I want to let you all in on a parenting method I developed without even knowing it. Forget the Tiger Mother or the Fabulous French Way of Parenting (or whatever it’s called) – this one blows the rest out of the water. Literally.
Let me explain.
Growing up, I believed in and worshiped gods and goddesses. In fact, I spent time around gods and goddesses. As much time as I possibly could. At least during the summer.
I didn’t need to put them on a pedestal because they had built-in ones -- those sun-bronzed, baby-oiled lifeguards at the local pool held court from their platform chairs, rain or shine. From the time I was 8 and a good enough swimmer to be at the pool by myself, these teenage deities were my role models, and objects of admiration and awe – the guys were crush-worthy but untouchable; the girls, beyond beautiful.
And no one questioned their authority. They were the kings and queens of all they surveyed…within the pool fence, anyway. If only I could be like them someday…
So I knew, from an early age, exactly what my first summer job was going to be. It was quite obviously my destiny. I couldn’t imagine a better job, one that paid you to be in and around a pool, in the sun, every day – something I joyfully did for free anyway. As soon as I turned 15, I took the lifesaving course and…five summers later, I was still guarding.
Yes, there were summers when I felt fleeting guilt or jealousy about the summer jobs my cohorts had -- “real” jobs at malls or in offices that would look better on their resumes, even though they meant living under fluorescent light all summer. But by mid-summer I became (at least in my mind’s eye) the epitome of those gods and goddesses of my childhood, browned and blonder, the sunlight seeping into my skin and bones, warming me at least partway through the fall and winter. By then, I no longer cared about my resume…sigh.
And could my friends say their jobs were half as important as ensuring people didn’t die?
Anyway, the point in telling you all this? Here goes:
In being a lifeguard, I learned how to be a parent. Granted, I also babysat, but all my best stuff is from those summers spent as the Goddess of the Pool.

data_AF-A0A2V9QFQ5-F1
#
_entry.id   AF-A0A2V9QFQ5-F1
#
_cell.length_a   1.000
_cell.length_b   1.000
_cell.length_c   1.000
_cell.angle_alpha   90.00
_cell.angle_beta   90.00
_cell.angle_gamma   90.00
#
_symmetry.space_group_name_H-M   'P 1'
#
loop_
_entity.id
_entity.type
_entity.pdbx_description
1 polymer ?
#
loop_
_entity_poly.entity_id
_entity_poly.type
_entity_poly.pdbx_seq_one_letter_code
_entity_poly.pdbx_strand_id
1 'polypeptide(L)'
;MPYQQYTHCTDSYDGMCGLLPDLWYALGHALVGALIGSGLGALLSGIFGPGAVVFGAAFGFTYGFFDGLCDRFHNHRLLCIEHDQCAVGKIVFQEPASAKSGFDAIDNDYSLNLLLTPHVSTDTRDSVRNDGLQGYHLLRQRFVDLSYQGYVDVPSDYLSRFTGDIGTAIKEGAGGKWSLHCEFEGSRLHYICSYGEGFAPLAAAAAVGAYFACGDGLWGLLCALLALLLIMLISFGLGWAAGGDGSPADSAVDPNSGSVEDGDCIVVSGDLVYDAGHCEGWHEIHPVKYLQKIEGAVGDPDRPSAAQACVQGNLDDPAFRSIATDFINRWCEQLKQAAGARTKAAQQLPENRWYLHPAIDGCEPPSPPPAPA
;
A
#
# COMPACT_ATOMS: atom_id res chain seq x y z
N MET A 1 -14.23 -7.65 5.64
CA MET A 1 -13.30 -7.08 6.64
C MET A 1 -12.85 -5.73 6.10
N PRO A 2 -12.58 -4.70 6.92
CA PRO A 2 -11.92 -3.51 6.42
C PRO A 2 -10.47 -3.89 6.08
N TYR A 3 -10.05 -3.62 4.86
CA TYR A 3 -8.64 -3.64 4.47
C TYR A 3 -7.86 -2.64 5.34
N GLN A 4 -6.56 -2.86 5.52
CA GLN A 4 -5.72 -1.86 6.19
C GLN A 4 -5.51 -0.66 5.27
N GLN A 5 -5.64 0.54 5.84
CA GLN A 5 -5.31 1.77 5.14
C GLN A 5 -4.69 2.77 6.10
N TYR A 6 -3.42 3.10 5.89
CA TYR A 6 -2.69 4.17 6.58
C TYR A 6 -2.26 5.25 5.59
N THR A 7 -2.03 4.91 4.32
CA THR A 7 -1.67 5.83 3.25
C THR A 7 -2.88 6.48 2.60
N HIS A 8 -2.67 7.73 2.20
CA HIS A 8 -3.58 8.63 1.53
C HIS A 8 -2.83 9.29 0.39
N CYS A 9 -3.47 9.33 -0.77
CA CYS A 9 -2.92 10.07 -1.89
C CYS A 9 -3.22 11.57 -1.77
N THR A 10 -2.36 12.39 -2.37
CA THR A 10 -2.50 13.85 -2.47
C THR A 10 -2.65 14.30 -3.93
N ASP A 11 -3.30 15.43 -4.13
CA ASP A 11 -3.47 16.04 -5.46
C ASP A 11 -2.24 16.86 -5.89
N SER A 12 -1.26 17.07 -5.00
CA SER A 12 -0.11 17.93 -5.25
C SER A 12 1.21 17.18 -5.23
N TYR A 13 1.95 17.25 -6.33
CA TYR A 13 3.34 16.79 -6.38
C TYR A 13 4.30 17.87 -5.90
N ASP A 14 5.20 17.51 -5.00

Call me Lifeguard Mom.
Top Ten Parenting Tips from Lifeguard Mom -- the cutting edge, water-based form of parenting:
- The Goddess of the Pool. Everyone, especially children, but even other adults, are aware that inside the pool fence the lifeguard is the absolute authority. The lifeguard’s job is literally to guard lives, ensure swimmer’s safety while at the pool and keep chaos to a minimum.
- Break! Kids need to sit out from swimming furiously for a little bit, take a break by themselves, or they could get overtired and start to drown. Lifeguards and adults at the pool also need this break from focusing on the kids, to take time to take a few laps with the other adults in the scenario.
- Black and white rules. They’re as clear as the sign on the pool fence -- follow the rules or you sit out for 10. Break the rule three times and you’re out for the day.
- Kids need to prove they’re ready for the deep end. They need to pass the swimming test before they go where they can’t stand up. It’s up to them to decide when they want swim a lap unaided, but going out of their depth before they’re ready can be deadly.
- The older the swimmer, the less oversight they need. Okay, I generalize here because there are plenty of adults who can’t swim at all, but for the purposes of this extended metaphor, you know what I mean.
- Set pool hours. Swimming pools have rigid schedules – opening and closing are the same time every day so swimmers know exactly what to expect, which minimizes or eliminates fussing, whining or delay tactics.
- No smoking, alcohol consumption or drug use in the pool area. This is self-explanatory.
- Believe it or not, the people at the pool look up to you. And not just because you are sitting in a tall chair -- so try to act accordingly. This is similar to the Goddess of the Pool rule, but has more to do with how you comport yourself.
- Lifeguards should enjoy their time in the sun. Hours of relative boredom, dirty bathrooms, dead baby mice/frogs in the gutters and screaming children can seem tough at times, but consider the alternatives – fluorescent lights, files, uncomfortable work clothes – and be grateful.
- You can build your resume later. Those offices can and will wait. They’ll be there when summer is over. The little people at your pool need you now, but won’t always.
You see what I mean? I could go on, but then I’d be giving this amazing information away for free, when my goal here is to land a contract with a big publishing house that will fund my research into this method, which will require a lot of poolside sunbathing…er…scientific observation.
In all seriousness, I think there’s a little something to the Lifeguard Mom idea, at least while you are parenting younger children. Because like all good things, summer, lifeguarding and parenting – even if you don’t see this while you are in them -- can’t last forever. As my own daughters have become teenagers, I see the brief, but shining summer of their childhoods nearing an end, approaching a time when they will no longer need me to guard their lives quite so fiercely. They are starting to want to dive into the next phase of their lives, asking me to let them go beyond the glittering, confined space over which I had almost complete control.
Each time they go further and further from me, but come back mostly unscathed, I try to let go a little more.
There’s a final Lifeguard Mom rule…for the Lifeguard Mom:
- Close down at the end of summer and prepare for the next season. Once the swimmers have left your pool area on the last day of that last season, drain the pool, lock the fence and move on to the next phase in your own life.
And try not to look back, because a pool without swimmers or water is a very sad thing.